London: Iran ignored mounting European appeals on Saturday to release a British-flagged tanker as London denounced a “dangerous move” and summoned a senior diplomat of the Islamic republic.
The Islamic Revolutionary Guard Corps said it seized the Stena Impero on Friday for breaking “international maritime rules” in the Strait of Hormuz, a chokepoint for about a third of the world’s sea-borne oil.
The oil tanker was impounded off Bandar Abbas port for allegedly failing to respond to distress calls and turning off its transponder after colliding with a fishing vessel, authorities said, adding an investigation had been launched.
It was one of two ships Britain said Iran seized in the Gulf, but the UK owner of the Liberian-flagged Mesdar said it was released after being boarded by armed personnel.
That came hours after a court in the British overseas territory of Gibraltar said it would extend by 30 days the detention of an Iranian tanker seized by British authorities in the Mediterranean two weeks ago on allegations of breaching EU sanctions against Syria.
In London, the Foreign Office said Saturday it had summoned Iran’s charge d’affaires.
British Foreign Secretary Jeremy Hunt said the seizure of the ship showed “worrying signs Iran may be choosing a dangerous path of illegal and destabilising behaviour”.
Britain’s emergencies commitee met on Friday to discuss the affair and was to meet again Saturday.
Hunt said he had spoken to Iranian Foreign Minister Mohammad Javad Zarif “and expressed extreme disappointment that having assured me last Sat(urday) Iran wanted to de-escalate situation they have behaved in the opposite way”.
Germany and France urged Iran to release the tanker, whose seizure Berlin called a “dangerous further aggravation of an already tense situation”.
The European Union voiced “deep concern”.
US President Donald Trump said Friday’s incident “only goes to show what I’m saying about Iran: trouble. Nothing but trouble.”
But Iran remained defiant.
Zarif said Iran’s actions were taken to “uphold” international maritime rules.
“It is IRAN that guarantees the security of the Persian Gulf & the Strait of Hormuz. UK must cease being an accessory to #EconomicTerrorism of the US,” he tweeted.
– Soaring tensions –
Tensions in the Gulf have soared since May, with Trump calling off air strikes against Iran at the last minute in June after the Islamic republic downed a US drone.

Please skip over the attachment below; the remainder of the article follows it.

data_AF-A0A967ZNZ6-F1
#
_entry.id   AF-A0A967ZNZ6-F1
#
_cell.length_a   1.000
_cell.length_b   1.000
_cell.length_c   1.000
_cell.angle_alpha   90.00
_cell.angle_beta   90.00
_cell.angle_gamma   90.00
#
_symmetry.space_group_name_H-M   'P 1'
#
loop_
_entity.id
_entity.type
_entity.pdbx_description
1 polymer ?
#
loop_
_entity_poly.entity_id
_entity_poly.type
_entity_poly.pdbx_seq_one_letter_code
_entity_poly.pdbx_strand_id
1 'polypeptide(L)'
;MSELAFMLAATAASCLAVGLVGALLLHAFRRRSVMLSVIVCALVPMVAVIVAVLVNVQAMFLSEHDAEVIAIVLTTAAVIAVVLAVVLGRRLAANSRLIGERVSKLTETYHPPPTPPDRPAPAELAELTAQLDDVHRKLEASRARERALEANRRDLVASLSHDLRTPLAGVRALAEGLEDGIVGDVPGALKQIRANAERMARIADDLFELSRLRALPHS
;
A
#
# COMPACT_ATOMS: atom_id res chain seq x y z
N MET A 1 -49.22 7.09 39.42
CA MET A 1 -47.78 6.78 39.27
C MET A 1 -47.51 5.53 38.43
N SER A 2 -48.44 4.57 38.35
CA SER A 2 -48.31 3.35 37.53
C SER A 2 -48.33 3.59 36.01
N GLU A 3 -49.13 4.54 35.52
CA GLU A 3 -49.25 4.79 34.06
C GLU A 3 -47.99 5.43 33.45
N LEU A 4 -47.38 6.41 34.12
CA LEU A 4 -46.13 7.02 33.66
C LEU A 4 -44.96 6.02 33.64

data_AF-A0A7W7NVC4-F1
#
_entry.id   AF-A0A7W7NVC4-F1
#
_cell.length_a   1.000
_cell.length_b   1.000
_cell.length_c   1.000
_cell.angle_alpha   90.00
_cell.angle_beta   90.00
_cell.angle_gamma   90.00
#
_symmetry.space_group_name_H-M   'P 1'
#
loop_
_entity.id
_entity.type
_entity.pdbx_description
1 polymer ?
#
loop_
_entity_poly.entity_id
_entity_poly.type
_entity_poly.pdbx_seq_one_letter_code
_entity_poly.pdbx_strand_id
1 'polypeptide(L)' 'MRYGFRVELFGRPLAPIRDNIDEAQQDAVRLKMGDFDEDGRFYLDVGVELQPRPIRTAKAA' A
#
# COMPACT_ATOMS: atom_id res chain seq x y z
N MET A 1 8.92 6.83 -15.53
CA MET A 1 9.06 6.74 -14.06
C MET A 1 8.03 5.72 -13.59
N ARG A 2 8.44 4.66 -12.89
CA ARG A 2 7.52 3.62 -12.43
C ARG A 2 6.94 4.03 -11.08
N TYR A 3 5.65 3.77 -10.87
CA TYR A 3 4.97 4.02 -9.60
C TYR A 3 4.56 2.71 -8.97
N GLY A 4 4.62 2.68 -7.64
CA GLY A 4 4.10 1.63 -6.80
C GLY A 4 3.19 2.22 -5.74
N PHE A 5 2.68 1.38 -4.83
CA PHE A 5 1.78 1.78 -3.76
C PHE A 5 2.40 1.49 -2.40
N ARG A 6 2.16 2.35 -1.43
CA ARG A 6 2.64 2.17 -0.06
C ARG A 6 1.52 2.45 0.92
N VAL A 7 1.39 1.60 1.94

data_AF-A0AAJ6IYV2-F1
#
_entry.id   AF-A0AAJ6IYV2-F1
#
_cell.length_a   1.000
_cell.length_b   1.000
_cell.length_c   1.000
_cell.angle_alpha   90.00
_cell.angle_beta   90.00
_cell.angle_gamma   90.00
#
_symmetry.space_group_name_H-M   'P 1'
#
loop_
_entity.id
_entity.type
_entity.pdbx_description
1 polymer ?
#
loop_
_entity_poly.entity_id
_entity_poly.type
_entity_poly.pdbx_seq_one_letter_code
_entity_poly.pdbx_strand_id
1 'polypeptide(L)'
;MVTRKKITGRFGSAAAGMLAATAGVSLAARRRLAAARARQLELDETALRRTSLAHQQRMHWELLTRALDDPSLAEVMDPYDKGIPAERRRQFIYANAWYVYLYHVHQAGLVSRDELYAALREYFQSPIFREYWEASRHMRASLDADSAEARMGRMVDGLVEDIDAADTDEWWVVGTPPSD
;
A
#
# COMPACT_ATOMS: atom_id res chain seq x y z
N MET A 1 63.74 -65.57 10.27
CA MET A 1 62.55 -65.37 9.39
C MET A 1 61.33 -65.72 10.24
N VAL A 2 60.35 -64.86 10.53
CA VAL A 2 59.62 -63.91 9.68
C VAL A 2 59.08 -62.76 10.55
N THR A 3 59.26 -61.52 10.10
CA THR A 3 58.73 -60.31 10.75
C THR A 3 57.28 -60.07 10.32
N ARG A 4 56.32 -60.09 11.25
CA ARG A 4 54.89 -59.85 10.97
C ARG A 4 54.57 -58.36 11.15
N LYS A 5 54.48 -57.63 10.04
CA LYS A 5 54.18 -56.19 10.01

The United States has also blamed Iran for multiple attacks on tankers in the Gulf.
Iran said it had opened an investigation on Saturday into the newly-seized oil tanker.
The Swedish-owned ship “has 23 crew and they are all on the ship,” said Allah-Morad Afifipoor, director-general of the Hormozgan province port and maritime authority.
The Philippines said 18 Indians, three Russians, a Latvian and a Filipino were aboard.
Manila, New Delhi and Riga said they were in touch with Tehran to seek the release of their nationals.
The fishermen had issued a distress call after the collision and contacted the port authority when they “didn’t receive any response”, said Afifipoor, quoted by Fars news agency.
The Stena Impero’s owner said it was in “international waters” when it was “attacked by unidentified small crafts and a helicopter”.
The incident came as Trump and US officials insisted, despite denials from Tehran, that the US military had downed an Iranian drone alleged to have been threatening the amphibious assault ship USS Boxer.
The Revolutionary Guard released footage it said disproved the US claims.
The seven-minute video, apparently shot from high altitude, shows a convoy of ships the Guards said they were tracking as they passed through the strait.
The vessels could not be immediately identified, although one resembles the Boxer.
– US troops in Saudi –
As tensions soared, Iran’s arch-rival Saudi Arabia said it would once again host US troops to boost regional security.
The Pentagon said the deployment “ensures our ability to defend our forces and interests in the region from emergent, credible threats.”
The US military also said its patrol aircraft were monitoring the Strait, and announced a “multinational maritime effort” to ensure freedom of navigation in key waterways.
The escalation comes more than a year after Washington unilaterally withdrew from the 2015 Iran nuclear agreement and began ratcheting up sanctions against Tehran.
Earlier this month, Iran exceeded the deal’s caps on uranium enrichment, aiming to pressure the remaining parties — including Britain, France and Germany, to make good on promises to help prop up its economy.
Tehran has repeatedly threatened to close the Strait of Hormuz if attacked.